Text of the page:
Boylesports Aims to Bid for Ladbrokes Irish Business

The Irish Times has issued a report in its business section stating that local betting group Boylesports is endeavoring to take over Ladbrokes, the loss-making Irish retail business that has been placed under High Court protection from its creditors in order to allow it to restructure the business.

Ladbrokes has been attempting to employ a rescue plan for the loss-making chain with Ken Fennell of Deloitte, the examiner appointed by the High Court to oversea a rescue bid, preparing to close up to 60 of Ladbrokes 196 betting shops in the Republic and also cut approximately 250 jobs.

Despite the fact that the plan may involve some closures, the newspaper quotes sources who say that this plan offers creditors a much better deal.

Privately owned Boylesports has, however, approached the examiner and is currently in talks with him with regard to an alternative plan. Boyles first approached Fennel in late April, shortly after his appointment was confirmed by the High Court.

Although the proposals made by Boylesports are also likely to include closures of betting shops, it will involve offering better terms to creditors, which is chiefly made up of landlords, than the proposal that Ladbrokes has put on the table.

Several landlords are totally dissatisfied with the compensation proposals with one landlord revealing that he had only been offered a ludicrous amount of €12,000 to €24,000 on a lease on which €467,500 is due over the following five years. Yet another landlord claims that he has been offered compensation of €6.000 on a lease that had a five year life at a return of €275,000.

Boylesports will be required to get any bid past the Commission for Competition and Consumer Protection which could demand that Boylesports offloads certain outlets to another operator before being allowed to take over its rival.

According to John Boyle, the chief executive and founder of Boylesports, they are committed to ensuring that they have the best shops in the best locations for their customers. He also said that they have been very active in recent years in making sure that need is met and they remain open to opportunities as and when they arise.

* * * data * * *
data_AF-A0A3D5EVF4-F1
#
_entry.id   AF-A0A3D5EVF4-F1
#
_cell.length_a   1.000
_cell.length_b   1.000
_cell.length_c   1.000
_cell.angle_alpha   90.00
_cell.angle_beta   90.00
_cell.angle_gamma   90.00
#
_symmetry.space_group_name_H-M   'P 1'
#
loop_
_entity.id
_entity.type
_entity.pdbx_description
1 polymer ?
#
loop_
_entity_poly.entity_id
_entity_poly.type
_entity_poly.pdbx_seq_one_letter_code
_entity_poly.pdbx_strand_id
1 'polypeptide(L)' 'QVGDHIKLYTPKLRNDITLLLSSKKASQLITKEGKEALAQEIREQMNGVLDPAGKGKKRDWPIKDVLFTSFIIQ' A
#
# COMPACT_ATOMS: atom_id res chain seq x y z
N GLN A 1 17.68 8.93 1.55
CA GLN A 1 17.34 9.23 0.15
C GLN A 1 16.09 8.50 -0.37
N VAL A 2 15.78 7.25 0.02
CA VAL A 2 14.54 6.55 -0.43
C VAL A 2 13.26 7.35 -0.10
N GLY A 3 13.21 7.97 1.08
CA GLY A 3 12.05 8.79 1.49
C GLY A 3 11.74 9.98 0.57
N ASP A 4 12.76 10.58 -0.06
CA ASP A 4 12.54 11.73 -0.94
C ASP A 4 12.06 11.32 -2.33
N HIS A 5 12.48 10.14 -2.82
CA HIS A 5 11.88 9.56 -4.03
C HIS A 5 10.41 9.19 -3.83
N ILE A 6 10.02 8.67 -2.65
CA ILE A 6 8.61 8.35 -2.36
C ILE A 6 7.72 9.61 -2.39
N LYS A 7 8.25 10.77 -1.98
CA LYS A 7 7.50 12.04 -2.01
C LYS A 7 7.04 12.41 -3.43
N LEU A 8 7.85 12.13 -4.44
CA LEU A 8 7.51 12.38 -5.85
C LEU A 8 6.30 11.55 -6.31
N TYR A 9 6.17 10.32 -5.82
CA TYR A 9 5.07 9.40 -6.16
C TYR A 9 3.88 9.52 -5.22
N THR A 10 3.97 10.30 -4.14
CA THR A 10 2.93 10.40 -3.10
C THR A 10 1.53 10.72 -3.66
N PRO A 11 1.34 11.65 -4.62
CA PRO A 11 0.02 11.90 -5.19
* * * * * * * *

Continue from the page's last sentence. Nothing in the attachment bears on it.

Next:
The ACMA Investigates Ladbrokes Australia’s “Quick Call” and William Hill Australia’s “Click to Call”

Ladbrokes

The Australian Communications and Media Authority (the ACMA) is currently investigating bookmakers’ recent efforts to bypass the country’s ban on online in-play sports betting.

In terms of Australia’s 2001 Interactive Gambling Act, punters who wish to place in-play sports betting may only do so via telephone or in person at a betting shop.

William Hill Australia launched a “click to call” feature last month which uses voice recognition technology in order to enable punters in Australia to place in-play wagers from their mobile devices without making a traditional phone call.

Ladbrokes Australia thereafter launched a “QuickCall” feature which digitally synthesizes punters’ voices to enable them to make a live bet on the punter’s behalf. According to Ladbrokes, this system was the most convenient way to place a bet on a live sporting event that has ever been available with a bookmaker.

Senator Nick Xenophon, an anti-gambling advocate, expressed his intention to write to the ACMA to request that they take action against Ladbrokes Australia and William Hill Australia. At the same time The Australian reported that the ACMA had received many complaints in this regard and that they were in the process of investigating the issue.

According to Xenophon, Ladbrokes and William Hill were effectively “giving the middle finger” to the 2001 law and that he did not rule out pushing for a legislative rewrite in order to clarify that such workarounds are illegal.

The previous federal government was toying with the idea of revising the 2001 law in order to allow for online in-play betting as well as poker but failed to follow through on its plans.

Ladbrokes to Title Sponsor Scottish Professional Football League

Ladbrokes

Ladbrokes, a world leader in online betting and gaming, has announced that it has entered into a deal in terms of which it will become the new title sponsor of the Scottish Professional Football League (SPFL).

The deal between Ladbrokes and SPFL will run for a period of two years, from the 2015-16 through to the end of the 2016-17 campaign.